God’s Glorious Character
Exodus 33 and 34 contain God’s revelation of His character to Moses. Moses greatly desired to see God’s glory, the divine nature of God: “And [Moses] said, ‘Please show me Your glory.’ Then He said, ‘I will make all My goodness pass before you, and I will proclaim the name of the LORD before you” (Exodus 33:18-19). Moses wanted to know firsthand the glory of the God he had come to worship, and God replied that His glory is in His goodness, specifically as revealed in His names. His names describe His holy and righteous nature, His perfect character.
Then the LORD descended in the cloud and stood with him there, and proclaimed the name of the LORD. And the LORD passed before him and proclaimed, “The LORD, the LORD God, merciful and gracious, longsuffering, and abounding in goodness and truth, keeping mercy for thousands, forgiving iniquity and transgression and sin, by no means clearing the guilty, visiting the iniquity of the fathers upon the children and the children’s children to the third and fourth generation.” So Moses made haste and bowed his head toward the earth, and worshiped. (Exodus 34:5-8)
God’s many names revealed to Moses the glory, the nature, and the character of God. Jesus’ prayer in John 17:6 echoes this sentiment when He says He had revealed the Father to His disciples: “I have manifested Your name to the men whom You have given Me out of the world.” Since He has also revealed the Father and His character to us through Scripture, we should consider how we live. Perhaps first, it should help us determine our approach and attitude when we come before Him in prayer or assembly.
When we speak to God, we should never forget that we are more than figuratively on holy ground before a holy God. We have been invited into His very presence. Nothing in us comes close to His matchless character and glory, so we should always speak to Him with reverence. If Jesus, our Example, always spoke with the utmost respect to His Father, how much more should the sons and daughters of this age do so in prayer to the living God? This approach will aid us greatly as our characters develop in concert with our holy God.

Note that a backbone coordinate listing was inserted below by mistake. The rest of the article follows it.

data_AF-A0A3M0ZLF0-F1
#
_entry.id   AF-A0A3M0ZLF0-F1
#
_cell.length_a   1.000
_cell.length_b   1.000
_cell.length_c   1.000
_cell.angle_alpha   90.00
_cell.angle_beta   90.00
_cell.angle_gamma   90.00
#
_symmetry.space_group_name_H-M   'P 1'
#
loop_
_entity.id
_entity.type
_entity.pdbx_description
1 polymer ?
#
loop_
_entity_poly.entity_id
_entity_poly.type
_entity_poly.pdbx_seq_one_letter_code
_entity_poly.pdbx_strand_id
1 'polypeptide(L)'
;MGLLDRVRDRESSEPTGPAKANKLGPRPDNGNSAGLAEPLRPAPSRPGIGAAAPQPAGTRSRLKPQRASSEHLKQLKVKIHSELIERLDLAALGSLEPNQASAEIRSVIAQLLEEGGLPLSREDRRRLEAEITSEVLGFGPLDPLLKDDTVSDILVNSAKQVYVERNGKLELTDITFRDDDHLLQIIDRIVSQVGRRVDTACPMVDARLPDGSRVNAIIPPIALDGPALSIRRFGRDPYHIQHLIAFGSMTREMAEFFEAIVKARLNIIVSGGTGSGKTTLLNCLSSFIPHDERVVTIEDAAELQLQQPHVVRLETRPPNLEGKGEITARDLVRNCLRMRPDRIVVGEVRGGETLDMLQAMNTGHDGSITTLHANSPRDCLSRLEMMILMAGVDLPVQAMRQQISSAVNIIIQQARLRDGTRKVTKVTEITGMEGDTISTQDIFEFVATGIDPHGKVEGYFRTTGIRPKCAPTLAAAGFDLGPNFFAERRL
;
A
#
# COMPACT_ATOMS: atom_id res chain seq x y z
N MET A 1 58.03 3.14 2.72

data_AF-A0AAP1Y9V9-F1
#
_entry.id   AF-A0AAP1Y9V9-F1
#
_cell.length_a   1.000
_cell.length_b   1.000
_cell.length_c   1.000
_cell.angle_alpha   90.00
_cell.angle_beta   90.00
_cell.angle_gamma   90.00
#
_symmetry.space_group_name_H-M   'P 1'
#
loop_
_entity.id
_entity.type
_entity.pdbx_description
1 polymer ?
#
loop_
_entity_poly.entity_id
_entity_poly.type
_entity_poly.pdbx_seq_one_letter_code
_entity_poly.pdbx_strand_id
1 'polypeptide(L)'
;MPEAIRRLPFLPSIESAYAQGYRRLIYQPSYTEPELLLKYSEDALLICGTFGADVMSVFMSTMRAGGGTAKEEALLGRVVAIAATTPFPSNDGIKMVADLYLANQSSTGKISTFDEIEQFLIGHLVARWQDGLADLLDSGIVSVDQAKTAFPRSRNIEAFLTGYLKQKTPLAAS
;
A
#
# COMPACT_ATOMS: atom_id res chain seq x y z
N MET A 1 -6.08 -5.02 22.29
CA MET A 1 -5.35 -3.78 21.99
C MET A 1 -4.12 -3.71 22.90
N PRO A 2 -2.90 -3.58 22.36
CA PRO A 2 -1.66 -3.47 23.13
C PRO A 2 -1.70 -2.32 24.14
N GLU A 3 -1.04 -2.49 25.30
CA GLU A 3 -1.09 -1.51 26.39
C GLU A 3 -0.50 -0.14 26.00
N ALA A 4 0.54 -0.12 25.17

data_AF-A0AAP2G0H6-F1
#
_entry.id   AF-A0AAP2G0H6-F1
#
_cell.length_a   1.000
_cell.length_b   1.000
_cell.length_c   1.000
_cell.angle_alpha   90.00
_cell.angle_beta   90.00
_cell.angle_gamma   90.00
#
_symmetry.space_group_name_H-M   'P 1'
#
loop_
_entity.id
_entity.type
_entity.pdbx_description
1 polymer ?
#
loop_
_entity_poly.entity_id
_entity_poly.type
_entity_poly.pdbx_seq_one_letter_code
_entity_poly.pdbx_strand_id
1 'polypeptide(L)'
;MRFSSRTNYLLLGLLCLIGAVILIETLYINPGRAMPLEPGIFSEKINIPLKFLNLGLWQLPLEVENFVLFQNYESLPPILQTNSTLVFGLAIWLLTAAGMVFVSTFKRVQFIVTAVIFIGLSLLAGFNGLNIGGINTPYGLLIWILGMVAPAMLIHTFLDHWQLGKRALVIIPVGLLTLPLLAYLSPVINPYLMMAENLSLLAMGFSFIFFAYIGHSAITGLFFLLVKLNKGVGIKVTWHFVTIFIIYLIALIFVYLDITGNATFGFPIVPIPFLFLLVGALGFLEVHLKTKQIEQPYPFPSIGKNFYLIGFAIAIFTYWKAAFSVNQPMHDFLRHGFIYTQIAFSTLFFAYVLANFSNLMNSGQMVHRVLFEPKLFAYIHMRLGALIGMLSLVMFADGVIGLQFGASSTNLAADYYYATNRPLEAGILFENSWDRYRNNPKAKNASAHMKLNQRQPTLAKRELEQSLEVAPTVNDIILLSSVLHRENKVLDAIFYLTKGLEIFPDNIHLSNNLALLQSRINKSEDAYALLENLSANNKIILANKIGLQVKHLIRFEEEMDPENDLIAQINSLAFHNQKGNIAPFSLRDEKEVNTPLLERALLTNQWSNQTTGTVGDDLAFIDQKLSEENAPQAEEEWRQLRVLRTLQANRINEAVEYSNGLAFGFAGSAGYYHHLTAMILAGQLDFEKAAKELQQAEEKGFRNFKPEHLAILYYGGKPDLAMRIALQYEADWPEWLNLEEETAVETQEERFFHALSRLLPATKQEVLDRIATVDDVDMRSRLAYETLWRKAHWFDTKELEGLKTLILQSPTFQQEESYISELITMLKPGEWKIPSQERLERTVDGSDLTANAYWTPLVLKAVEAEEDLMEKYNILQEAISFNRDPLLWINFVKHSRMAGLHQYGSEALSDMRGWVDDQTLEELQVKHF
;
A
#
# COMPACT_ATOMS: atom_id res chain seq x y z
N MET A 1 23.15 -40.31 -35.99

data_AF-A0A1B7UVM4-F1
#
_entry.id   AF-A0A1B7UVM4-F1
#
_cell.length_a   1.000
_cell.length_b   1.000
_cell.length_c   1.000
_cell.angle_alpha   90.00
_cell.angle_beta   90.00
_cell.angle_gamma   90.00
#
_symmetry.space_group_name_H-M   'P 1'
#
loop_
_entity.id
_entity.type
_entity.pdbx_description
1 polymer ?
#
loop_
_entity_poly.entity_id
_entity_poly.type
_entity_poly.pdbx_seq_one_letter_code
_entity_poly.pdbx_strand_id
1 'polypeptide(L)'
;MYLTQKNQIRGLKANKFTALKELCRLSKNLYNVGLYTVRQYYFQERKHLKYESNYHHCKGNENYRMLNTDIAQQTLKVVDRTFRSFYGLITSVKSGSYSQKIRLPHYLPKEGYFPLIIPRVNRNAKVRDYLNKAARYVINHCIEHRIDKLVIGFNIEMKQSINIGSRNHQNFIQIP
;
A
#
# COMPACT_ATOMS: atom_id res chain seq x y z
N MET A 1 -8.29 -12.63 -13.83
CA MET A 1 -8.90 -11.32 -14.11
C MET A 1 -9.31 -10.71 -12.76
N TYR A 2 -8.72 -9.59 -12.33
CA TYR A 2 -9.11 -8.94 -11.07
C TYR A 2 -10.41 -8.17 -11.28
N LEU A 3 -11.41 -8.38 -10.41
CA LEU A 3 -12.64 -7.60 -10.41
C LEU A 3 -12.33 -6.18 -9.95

King Solomon writes in Proverbs 22:1, “A good name is to be chosen rather than great riches, loving favor rather than silver and gold.” Many in this world would disagree with God on this point. They would happily trade their names, reputations, and characters for a life of comfortable living. This, however, is a darkened perspective disseminated by a corrupt culture. The converted know that wealth can go no further than the grave, but their characters and good names pass through that barrier.
Wealth is physical, while character is spiritual. Which is more important to us? More importantly, which is more important to God? Whose character traits do we want to carry through the grave—our neighbors’ or our God’s? Jesus gives us the obvious answer in Mathew 5:48, “Therefore you shall be perfect as your Father in heaven is perfect.”
The apostle Peter writes in I Peter 1:14-16:
. . . as obedient children, not conforming yourselves to the former lusts, as in your ignorance; but as He who called you is holy, you also be holy in all your conduct, because it is written, “Be holy for I am holy.”
Peter’s instruction has everything to do with God establishing His image in us, implanting within each of His children the riches of His holy character. It is God who orders life; His purpose for us stands in the face of all the adversity we may encounter. We must work to serve that purpose and avoid frustrating any of God’s efforts. Servants like us have many duties, first to learn and then do, but our very first duty is to listen to our God. From Him flows wisdom, grace, and all the virtues we need to succeed in transforming into the image of Jesus Christ.
Of all that we need to do in preparing for the Kingdom of God, getting ourselves in alignment with God’s character is most important. By ourselves, we do very little, but by faithfully following Christ, we will grow into His image. Yes, it can be difficult for us to change. But when we find we want to put off doing what we know we should do, we must cling to God, and He will lead us in the right direction. On that day when He calls His people to Him (Matthew 24:31), He will find us because we are like Him and He knows us (I John 3:2; II Timothy 2:19).